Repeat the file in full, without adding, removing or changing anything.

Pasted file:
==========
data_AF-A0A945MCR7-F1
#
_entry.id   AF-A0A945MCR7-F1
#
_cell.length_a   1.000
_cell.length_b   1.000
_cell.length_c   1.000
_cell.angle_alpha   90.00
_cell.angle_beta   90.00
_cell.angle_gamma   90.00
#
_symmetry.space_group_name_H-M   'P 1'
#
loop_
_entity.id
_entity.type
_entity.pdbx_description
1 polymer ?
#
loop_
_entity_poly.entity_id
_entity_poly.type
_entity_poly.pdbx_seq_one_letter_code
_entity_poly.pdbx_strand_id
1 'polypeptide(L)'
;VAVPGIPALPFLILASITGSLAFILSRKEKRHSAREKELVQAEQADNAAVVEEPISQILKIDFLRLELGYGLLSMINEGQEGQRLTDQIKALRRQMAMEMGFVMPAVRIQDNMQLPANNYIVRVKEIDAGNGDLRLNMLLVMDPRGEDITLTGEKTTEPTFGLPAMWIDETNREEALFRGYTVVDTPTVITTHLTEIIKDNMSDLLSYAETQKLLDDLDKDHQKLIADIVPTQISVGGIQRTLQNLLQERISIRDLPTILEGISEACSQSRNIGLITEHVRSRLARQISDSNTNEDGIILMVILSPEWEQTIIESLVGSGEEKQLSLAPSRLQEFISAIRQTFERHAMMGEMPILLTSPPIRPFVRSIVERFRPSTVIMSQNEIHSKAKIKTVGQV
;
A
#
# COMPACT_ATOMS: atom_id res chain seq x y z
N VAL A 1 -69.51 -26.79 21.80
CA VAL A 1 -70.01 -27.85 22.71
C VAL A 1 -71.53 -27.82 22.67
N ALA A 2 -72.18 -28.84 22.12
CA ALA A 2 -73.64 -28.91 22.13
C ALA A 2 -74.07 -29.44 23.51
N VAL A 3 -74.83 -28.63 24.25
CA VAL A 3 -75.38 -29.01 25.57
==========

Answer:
data_AF-A0A945MCR7-F1
#
_entry.id   AF-A0A945MCR7-F1
#
_cell.length_a   1.000
_cell.length_b   1.000
_cell.length_c   1.000
_cell.angle_alpha   90.00
_cell.angle_beta   90.00
_cell.angle_gamma   90.00
#
_symmetry.space_group_name_H-M   'P 1'
#
loop_
_entity.id
_entity.type
_entity.pdbx_description
1 polymer ?
#
loop_
_entity_poly.entity_id
_entity_poly.type
_entity_poly.pdbx_seq_one_letter_code
_entity_poly.pdbx_strand_id
1 'polypeptide(L)'
;VAVPGIPALPFLILASITGSLAFILSRKEKRHSAREKELVQAEQADNAAVVEEPISQILKIDFLRLELGYGLLSMINEGQEGQRLTDQIKALRRQMAMEMGFVMPAVRIQDNMQLPANNYIVRVKEIDAGNGDLRLNMLLVMDPRGEDITLTGEKTTEPTFGLPAMWIDETNREEALFRGYTVVDTPTVITTHLTEIIKDNMSDLLSYAETQKLLDDLDKDHQKLIADIVPTQISVGGIQRTLQNLLQERISIRDLPTILEGISEACSQSRNIGLITEHVRSRLARQISDSNTNEDGIILMVILSPEWEQTIIESLVGSGEEKQLSLAPSRLQEFISAIRQTFERHAMMGEMPILLTSPPIRPFVRSIVERFRPSTVIMSQNEIHSKAKIKTVGQV
;
A
#
# COMPACT_ATOMS: atom_id res chain seq x y z
N VAL A 1 -69.51 -26.79 21.80
CA VAL A 1 -70.01 -27.85 22.71
C VAL A 1 -71.53 -27.82 22.67
N ALA A 2 -72.18 -28.84 22.12
CA ALA A 2 -73.64 -28.91 22.13
C ALA A 2 -74.07 -29.44 23.51
N VAL A 3 -74.83 -28.63 24.25
CA VAL A 3 -75.38 -29.01 25.57